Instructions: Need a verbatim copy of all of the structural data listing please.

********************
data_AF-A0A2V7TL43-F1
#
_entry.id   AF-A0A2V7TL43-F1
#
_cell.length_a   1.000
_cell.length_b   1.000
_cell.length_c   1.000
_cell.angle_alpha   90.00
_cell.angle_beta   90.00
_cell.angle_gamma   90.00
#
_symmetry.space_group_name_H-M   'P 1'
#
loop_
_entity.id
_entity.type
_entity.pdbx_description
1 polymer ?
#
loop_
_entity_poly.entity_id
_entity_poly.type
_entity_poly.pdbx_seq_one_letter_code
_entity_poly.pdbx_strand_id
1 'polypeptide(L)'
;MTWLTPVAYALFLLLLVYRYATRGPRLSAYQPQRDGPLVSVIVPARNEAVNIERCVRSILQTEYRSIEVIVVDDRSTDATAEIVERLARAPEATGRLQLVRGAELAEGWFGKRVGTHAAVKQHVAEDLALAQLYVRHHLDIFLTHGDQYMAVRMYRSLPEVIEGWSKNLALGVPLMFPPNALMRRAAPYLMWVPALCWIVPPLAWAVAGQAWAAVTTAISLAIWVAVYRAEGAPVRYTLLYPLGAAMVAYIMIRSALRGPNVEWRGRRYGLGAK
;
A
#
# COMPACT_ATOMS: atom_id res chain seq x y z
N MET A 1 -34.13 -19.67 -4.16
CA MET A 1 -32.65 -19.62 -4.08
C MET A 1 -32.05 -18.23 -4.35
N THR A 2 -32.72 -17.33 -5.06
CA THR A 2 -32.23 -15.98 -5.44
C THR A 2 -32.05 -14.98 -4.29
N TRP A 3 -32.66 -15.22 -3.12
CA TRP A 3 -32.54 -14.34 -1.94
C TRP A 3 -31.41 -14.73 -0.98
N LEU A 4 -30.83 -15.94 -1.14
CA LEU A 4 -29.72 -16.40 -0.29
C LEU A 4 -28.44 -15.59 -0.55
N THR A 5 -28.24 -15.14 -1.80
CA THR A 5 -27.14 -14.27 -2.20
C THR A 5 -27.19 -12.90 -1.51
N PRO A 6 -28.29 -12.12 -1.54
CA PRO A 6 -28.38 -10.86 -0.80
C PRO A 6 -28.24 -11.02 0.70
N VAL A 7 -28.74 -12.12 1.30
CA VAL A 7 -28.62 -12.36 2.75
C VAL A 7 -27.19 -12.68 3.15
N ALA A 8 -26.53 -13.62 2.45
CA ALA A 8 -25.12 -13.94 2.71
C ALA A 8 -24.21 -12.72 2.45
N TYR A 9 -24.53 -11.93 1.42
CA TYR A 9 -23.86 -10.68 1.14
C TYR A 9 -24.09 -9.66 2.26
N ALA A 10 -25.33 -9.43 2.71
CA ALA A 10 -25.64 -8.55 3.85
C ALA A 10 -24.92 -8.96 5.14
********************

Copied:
data_AF-A0A2V7TL43-F1
#
_entry.id   AF-A0A2V7TL43-F1
#
_cell.length_a   1.000
_cell.length_b   1.000
_cell.length_c   1.000
_cell.angle_alpha   90.00
_cell.angle_beta   90.00
_cell.angle_gamma   90.00
#
_symmetry.space_group_name_H-M   'P 1'
#
loop_
_entity.id
_entity.type
_entity.pdbx_description
1 polymer ?
#
loop_
_entity_poly.entity_id
_entity_poly.type
_entity_poly.pdbx_seq_one_letter_code
_entity_poly.pdbx_strand_id
1 'polypeptide(L)'
;MTWLTPVAYALFLLLLVYRYATRGPRLSAYQPQRDGPLVSVIVPARNEAVNIERCVRSILQTEYRSIEVIVVDDRSTDATAEIVERLARAPEATGRLQLVRGAELAEGWFGKRVGTHAAVKQHVAEDLALAQLYVRHHLDIFLTHGDQYMAVRMYRSLPEVIEGWSKNLALGVPLMFPPNALMRRAAPYLMWVPALCWIVPPLAWAVAGQAWAAVTTAISLAIWVAVYRAEGAPVRYTLLYPLGAAMVAYIMIRSALRGPNVEWRGRRYGLGAK
;
A
#
# COMPACT_ATOMS: atom_id res chain seq x y z
N MET A 1 -34.13 -19.67 -4.16
CA MET A 1 -32.65 -19.62 -4.08
C MET A 1 -32.05 -18.23 -4.35
N THR A 2 -32.72 -17.33 -5.06
CA THR A 2 -32.23 -15.98 -5.44
C THR A 2 -32.05 -14.98 -4.29
N TRP A 3 -32.66 -15.22 -3.12
CA TRP A 3 -32.54 -14.34 -1.94
C TRP A 3 -31.41 -14.73 -0.98
N LEU A 4 -30.83 -15.94 -1.14
CA LEU A 4 -29.72 -16.40 -0.29
C LEU A 4 -28.44 -15.59 -0.55
N THR A 5 -28.24 -15.14 -1.80
CA THR A 5 -27.14 -14.27 -2.20
C THR A 5 -27.19 -12.90 -1.51
N PRO A 6 -28.29 -12.12 -1.54
CA PRO A 6 -28.38 -10.86 -0.80
C PRO A 6 -28.24 -11.02 0.70
N VAL A 7 -28.74 -12.12 1.30
CA VAL A 7 -28.62 -12.36 2.75
C VAL A 7 -27.19 -12.68 3.15
N ALA A 8 -26.53 -13.62 2.45
CA ALA A 8 -25.12 -13.94 2.71
C ALA A 8 -24.21 -12.72 2.45
N TYR A 9 -24.53 -11.93 1.42
CA TYR A 9 -23.86 -10.68 1.14
C TYR A 9 -24.09 -9.66 2.26
N ALA A 10 -25.33 -9.43 2.71
CA ALA A 10 -25.64 -8.55 3.85
C ALA A 10 -24.92 -8.96 5.14